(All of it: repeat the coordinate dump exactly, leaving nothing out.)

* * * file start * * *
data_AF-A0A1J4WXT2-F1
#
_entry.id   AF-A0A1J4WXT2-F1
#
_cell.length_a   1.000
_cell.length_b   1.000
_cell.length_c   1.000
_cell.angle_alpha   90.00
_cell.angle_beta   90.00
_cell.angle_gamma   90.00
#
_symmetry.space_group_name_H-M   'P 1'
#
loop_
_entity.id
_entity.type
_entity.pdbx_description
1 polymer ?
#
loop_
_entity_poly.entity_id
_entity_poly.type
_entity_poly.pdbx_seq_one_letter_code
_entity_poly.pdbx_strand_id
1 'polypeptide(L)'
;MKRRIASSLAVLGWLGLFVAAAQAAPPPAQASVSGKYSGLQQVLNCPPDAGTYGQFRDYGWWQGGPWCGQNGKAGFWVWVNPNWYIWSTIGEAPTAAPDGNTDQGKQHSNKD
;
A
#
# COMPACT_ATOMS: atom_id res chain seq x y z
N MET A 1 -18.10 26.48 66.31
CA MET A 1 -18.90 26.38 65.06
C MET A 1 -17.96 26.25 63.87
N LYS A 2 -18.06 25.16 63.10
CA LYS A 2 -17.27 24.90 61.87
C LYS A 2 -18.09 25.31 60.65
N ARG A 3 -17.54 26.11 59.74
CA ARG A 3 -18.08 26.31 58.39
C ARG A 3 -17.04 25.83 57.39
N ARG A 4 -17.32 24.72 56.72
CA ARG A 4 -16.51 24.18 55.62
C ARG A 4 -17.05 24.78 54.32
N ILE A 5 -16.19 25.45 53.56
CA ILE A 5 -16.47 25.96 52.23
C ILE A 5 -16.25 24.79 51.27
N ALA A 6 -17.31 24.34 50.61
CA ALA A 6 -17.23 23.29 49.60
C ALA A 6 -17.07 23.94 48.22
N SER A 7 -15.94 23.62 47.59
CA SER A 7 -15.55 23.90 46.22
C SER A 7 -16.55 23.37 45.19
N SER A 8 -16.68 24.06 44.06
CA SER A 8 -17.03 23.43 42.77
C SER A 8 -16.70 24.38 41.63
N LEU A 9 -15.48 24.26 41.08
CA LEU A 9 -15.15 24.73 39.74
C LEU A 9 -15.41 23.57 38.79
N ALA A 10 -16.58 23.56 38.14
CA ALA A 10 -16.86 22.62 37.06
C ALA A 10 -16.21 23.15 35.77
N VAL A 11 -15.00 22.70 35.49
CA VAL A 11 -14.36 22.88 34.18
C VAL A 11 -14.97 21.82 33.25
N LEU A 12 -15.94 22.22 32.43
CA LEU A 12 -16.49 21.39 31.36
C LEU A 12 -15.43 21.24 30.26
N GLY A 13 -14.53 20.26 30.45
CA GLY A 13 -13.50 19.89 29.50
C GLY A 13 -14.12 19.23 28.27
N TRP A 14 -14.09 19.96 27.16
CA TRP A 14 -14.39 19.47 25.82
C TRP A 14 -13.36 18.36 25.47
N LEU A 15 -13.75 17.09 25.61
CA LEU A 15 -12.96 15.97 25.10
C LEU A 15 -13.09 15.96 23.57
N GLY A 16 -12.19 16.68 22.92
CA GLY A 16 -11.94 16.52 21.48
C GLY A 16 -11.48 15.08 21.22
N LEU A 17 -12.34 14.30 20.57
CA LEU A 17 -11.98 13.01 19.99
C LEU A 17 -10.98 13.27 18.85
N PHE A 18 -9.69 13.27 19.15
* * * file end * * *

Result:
data_AF-A0A1J4WXT2-F1
#
_entry.id   AF-A0A1J4WXT2-F1
#
_cell.length_a   1.000
_cell.length_b   1.000
_cell.length_c   1.000
_cell.angle_alpha   90.00
_cell.angle_beta   90.00
_cell.angle_gamma   90.00
#
_symmetry.space_group_name_H-M   'P 1'
#
loop_
_entity.id
_entity.type
_entity.pdbx_description
1 polymer ?
#
loop_
_entity_poly.entity_id
_entity_poly.type
_entity_poly.pdbx_seq_one_letter_code
_entity_poly.pdbx_strand_id
1 'polypeptide(L)'
;MKRRIASSLAVLGWLGLFVAAAQAAPPPAQASVSGKYSGLQQVLNCPPDAGTYGQFRDYGWWQGGPWCGQNGKAGFWVWVNPNWYIWSTIGEAPTAAPDGNTDQGKQHSNKD
;
A
#
# COMPACT_ATOMS: atom_id res chain seq x y z
N MET A 1 -18.10 26.48 66.31
CA MET A 1 -18.90 26.38 65.06
C MET A 1 -17.96 26.25 63.87
N LYS A 2 -18.06 25.16 63.10
CA LYS A 2 -17.27 24.90 61.87
C LYS A 2 -18.09 25.31 60.65
N ARG A 3 -17.54 26.11 59.74
CA ARG A 3 -18.08 26.31 58.39
C ARG A 3 -17.04 25.83 57.39
N ARG A 4 -17.32 24.72 56.72
CA ARG A 4 -16.51 24.18 55.62
C ARG A 4 -17.05 24.78 54.32
N ILE A 5 -16.19 25.45 53.56
CA ILE A 5 -16.47 25.96 52.23
C ILE A 5 -16.25 24.79 51.27
N ALA A 6 -17.31 24.34 50.61
CA ALA A 6 -17.23 23.29 49.60
C ALA A 6 -17.07 23.94 48.22
N SER A 7 -15.94 23.62 47.59
CA SER A 7 -15.55 23.90 46.22
C SER A 7 -16.55 23.37 45.19
N SER A 8 -16.68 24.06 44.06
CA SER A 8 -17.03 23.43 42.77
C SER A 8 -16.70 24.38 41.63
N LEU A 9 -15.48 24.26 41.08
CA LEU A 9 -15.15 24.73 39.74
C LEU A 9 -15.41 23.57 38.79
N ALA A 10 -16.58 23.56 38.14
CA ALA A 10 -16.86 22.62 37.06
C ALA A 10 -16.21 23.15 35.77
N VAL A 11 -15.00 22.70 35.49
CA VAL A 11 -14.36 22.88 34.18
C VAL A 11 -14.97 21.82 33.25
N LEU A 12 -15.94 22.22 32.43
CA LEU A 12 -16.49 21.39 31.36
C LEU A 12 -15.43 21.24 30.26
N GLY A 13 -14.53 20.26 30.45
CA GLY A 13 -13.50 19.89 29.50
C GLY A 13 -14.12 19.23 28.27
N TRP A 14 -14.09 19.96 27.16
CA TRP A 14 -14.39 19.47 25.82
C TRP A 14 -13.36 18.36 25.47
N LEU A 15 -13.75 17.09 25.61
CA LEU A 15 -12.96 15.97 25.10
C LEU A 15 -13.09 15.96 23.57
N GLY A 16 -12.19 16.68 22.92
CA GLY A 16 -11.94 16.52 21.48
C GLY A 16 -11.48 15.08 21.22
N LEU A 17 -12.34 14.30 20.57
CA LEU A 17 -11.98 13.01 19.99
C LEU A 17 -10.98 13.27 18.85
N PHE A 18 -9.69 13.27 19.15